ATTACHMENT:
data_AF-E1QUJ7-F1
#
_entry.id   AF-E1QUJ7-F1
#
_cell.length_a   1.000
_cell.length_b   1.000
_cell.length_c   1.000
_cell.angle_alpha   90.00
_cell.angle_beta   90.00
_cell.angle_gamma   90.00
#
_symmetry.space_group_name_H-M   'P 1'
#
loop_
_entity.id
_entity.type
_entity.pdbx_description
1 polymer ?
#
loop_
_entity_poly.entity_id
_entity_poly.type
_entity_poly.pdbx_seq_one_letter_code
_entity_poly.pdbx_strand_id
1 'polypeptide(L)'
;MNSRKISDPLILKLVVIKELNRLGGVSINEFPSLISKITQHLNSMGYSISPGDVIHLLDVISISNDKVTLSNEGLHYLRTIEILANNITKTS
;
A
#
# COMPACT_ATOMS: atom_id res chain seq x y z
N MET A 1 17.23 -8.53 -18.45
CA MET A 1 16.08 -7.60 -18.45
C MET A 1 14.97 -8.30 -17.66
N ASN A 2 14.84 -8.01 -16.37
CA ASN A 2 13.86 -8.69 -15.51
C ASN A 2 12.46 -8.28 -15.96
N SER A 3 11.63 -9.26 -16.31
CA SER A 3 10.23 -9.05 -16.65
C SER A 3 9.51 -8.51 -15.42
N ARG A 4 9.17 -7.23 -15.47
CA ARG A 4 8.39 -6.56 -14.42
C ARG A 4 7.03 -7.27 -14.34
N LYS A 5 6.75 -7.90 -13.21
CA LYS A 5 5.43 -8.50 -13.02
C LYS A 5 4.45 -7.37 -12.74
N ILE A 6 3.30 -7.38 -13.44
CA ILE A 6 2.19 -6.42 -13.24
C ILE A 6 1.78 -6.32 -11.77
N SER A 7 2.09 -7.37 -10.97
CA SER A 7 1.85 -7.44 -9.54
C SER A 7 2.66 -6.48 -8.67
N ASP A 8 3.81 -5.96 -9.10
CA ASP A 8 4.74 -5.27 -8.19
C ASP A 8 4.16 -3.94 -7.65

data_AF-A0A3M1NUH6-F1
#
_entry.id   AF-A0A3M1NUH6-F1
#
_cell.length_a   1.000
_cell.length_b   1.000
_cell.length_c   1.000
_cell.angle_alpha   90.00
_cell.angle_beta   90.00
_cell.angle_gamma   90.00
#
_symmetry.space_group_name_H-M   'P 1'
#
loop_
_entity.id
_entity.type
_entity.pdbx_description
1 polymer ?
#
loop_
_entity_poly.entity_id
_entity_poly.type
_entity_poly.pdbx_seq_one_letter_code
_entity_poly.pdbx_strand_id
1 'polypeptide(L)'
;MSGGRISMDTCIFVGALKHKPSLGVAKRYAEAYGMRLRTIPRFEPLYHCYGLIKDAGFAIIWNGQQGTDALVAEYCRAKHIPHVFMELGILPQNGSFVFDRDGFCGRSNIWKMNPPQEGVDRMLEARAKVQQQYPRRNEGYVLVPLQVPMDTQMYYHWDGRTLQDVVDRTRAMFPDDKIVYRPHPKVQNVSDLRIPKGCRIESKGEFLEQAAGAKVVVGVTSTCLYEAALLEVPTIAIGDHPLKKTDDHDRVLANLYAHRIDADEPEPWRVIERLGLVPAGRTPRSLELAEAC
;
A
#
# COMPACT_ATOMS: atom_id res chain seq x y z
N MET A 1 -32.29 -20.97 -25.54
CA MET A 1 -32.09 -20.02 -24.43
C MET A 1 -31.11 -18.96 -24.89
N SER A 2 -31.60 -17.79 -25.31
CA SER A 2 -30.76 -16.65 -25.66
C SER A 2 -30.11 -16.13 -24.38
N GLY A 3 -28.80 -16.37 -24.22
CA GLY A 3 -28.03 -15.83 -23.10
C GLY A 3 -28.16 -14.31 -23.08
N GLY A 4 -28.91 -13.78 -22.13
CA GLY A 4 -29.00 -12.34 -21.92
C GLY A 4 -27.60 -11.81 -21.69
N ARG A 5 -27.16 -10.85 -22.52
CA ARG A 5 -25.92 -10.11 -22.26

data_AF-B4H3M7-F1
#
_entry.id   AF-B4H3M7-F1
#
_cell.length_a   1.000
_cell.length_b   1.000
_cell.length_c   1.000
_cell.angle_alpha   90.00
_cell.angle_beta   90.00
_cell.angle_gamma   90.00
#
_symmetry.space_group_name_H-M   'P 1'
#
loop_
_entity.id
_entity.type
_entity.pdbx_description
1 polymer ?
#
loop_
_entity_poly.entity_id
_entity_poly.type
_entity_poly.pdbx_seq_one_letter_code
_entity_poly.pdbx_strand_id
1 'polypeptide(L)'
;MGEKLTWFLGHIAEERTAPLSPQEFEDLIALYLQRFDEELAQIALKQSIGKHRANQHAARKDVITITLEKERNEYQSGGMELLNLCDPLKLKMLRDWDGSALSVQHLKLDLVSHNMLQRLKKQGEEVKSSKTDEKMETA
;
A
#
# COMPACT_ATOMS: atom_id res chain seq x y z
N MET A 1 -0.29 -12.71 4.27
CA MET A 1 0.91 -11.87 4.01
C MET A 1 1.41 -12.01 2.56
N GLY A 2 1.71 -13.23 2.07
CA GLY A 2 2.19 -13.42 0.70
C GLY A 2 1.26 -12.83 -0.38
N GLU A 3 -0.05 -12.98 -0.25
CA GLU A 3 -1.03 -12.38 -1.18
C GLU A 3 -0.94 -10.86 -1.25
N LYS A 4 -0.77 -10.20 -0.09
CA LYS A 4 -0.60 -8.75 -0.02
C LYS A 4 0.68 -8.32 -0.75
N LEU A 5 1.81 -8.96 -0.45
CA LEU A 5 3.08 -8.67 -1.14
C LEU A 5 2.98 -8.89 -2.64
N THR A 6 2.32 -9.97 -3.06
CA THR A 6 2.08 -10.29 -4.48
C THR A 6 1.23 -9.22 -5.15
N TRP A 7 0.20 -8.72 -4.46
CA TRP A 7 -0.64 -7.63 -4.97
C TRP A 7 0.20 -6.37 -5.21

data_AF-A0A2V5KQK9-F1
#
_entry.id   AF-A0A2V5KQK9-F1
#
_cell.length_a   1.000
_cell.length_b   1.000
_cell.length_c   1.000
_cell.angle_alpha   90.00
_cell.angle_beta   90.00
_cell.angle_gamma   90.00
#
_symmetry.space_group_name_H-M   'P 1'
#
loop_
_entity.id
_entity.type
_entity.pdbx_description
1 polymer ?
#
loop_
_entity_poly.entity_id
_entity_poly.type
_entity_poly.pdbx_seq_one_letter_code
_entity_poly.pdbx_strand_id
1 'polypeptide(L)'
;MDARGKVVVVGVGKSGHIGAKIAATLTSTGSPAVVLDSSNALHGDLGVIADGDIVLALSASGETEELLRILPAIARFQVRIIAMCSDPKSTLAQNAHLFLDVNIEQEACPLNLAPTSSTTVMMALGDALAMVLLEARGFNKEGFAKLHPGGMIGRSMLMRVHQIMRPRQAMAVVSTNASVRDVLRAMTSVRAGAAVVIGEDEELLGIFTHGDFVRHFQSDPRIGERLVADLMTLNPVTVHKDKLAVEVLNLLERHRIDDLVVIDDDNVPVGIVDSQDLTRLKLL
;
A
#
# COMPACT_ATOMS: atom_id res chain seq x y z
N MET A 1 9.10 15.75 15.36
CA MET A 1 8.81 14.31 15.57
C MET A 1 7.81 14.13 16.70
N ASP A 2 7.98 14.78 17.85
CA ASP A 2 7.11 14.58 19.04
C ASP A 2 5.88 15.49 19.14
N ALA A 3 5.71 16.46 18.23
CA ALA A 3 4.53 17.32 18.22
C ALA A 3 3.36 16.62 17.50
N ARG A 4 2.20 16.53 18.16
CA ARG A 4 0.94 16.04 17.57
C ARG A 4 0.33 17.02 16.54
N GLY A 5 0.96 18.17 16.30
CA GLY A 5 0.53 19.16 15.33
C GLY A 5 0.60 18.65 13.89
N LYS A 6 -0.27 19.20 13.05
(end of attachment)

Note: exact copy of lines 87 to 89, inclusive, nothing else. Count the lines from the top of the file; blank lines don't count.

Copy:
C MET A 1 -31.11 -18.96 -24.89
N SER A 2 -31.60 -17.79 -25.31
CA SER A 2 -30.76 -16.65 -25.66